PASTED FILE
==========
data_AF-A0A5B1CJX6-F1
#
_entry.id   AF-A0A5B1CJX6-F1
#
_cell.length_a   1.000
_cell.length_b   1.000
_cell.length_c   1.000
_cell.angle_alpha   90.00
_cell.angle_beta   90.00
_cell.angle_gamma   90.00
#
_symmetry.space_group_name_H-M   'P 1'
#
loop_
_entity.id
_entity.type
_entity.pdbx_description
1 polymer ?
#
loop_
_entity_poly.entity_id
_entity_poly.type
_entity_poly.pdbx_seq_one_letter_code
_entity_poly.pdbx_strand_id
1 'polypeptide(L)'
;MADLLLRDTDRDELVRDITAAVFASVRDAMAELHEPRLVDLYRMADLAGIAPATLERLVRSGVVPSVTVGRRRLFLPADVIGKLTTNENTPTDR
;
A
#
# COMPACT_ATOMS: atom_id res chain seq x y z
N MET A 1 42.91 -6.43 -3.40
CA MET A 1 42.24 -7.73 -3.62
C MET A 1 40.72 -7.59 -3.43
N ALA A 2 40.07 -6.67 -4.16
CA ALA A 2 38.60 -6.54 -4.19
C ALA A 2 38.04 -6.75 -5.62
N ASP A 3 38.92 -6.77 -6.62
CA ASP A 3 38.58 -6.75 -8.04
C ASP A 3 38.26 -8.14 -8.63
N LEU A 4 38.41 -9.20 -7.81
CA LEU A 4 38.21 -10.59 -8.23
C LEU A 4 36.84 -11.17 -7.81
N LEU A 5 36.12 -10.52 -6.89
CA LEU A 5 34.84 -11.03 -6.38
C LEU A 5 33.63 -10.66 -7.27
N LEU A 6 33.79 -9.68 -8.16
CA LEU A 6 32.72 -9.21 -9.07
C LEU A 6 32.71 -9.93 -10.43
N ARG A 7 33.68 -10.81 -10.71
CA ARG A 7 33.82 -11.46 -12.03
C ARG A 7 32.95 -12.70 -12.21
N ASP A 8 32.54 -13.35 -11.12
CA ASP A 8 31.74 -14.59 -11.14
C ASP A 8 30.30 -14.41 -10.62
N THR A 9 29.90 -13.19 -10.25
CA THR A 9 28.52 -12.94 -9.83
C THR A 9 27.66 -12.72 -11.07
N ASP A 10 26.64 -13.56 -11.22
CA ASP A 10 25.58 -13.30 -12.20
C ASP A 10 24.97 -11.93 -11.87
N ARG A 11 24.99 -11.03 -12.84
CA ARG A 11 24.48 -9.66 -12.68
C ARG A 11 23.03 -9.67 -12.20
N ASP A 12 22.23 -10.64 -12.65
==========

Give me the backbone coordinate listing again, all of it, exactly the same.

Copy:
data_AF-A0A5B1CJX6-F1
#
_entry.id   AF-A0A5B1CJX6-F1
#
_cell.length_a   1.000
_cell.length_b   1.000
_cell.length_c   1.000
_cell.angle_alpha   90.00
_cell.angle_beta   90.00
_cell.angle_gamma   90.00
#
_symmetry.space_group_name_H-M   'P 1'
#
loop_
_entity.id
_entity.type
_entity.pdbx_description
1 polymer ?
#
loop_
_entity_poly.entity_id
_entity_poly.type
_entity_poly.pdbx_seq_one_letter_code
_entity_poly.pdbx_strand_id
1 'polypeptide(L)'
;MADLLLRDTDRDELVRDITAAVFASVRDAMAELHEPRLVDLYRMADLAGIAPATLERLVRSGVVPSVTVGRRRLFLPADVIGKLTTNENTPTDR
;
A
#
# COMPACT_ATOMS: atom_id res chain seq x y z
N MET A 1 42.91 -6.43 -3.40
CA MET A 1 42.24 -7.73 -3.62
C MET A 1 40.72 -7.59 -3.43
N ALA A 2 40.07 -6.67 -4.16
CA ALA A 2 38.60 -6.54 -4.19
C ALA A 2 38.04 -6.75 -5.62
N ASP A 3 38.92 -6.77 -6.62
CA ASP A 3 38.58 -6.75 -8.04
C ASP A 3 38.26 -8.14 -8.63
N LEU A 4 38.41 -9.20 -7.81
CA LEU A 4 38.21 -10.59 -8.23
C LEU A 4 36.84 -11.17 -7.81
N LEU A 5 36.12 -10.52 -6.89
CA LEU A 5 34.84 -11.03 -6.38
C LEU A 5 33.63 -10.66 -7.27
N LEU A 6 33.79 -9.68 -8.16
CA LEU A 6 32.72 -9.21 -9.07
C LEU A 6 32.71 -9.93 -10.43
N ARG A 7 33.68 -10.81 -10.71
CA ARG A 7 33.82 -11.46 -12.03
C ARG A 7 32.95 -12.70 -12.21
N ASP A 8 32.54 -13.35 -11.12
CA ASP A 8 31.74 -14.59 -11.14
C ASP A 8 30.30 -14.41 -10.62
N THR A 9 29.90 -13.19 -10.25
CA THR A 9 28.52 -12.94 -9.83
C THR A 9 27.66 -12.72 -11.07
N ASP A 10 26.64 -13.56 -11.22
CA ASP A 10 25.58 -13.30 -12.20
C ASP A 10 24.97 -11.93 -11.87
N ARG A 11 24.99 -11.03 -12.84
CA ARG A 11 24.48 -9.66 -12.68
C ARG A 11 23.03 -9.67 -12.20
N ASP A 12 22.23 -10.64 -12.65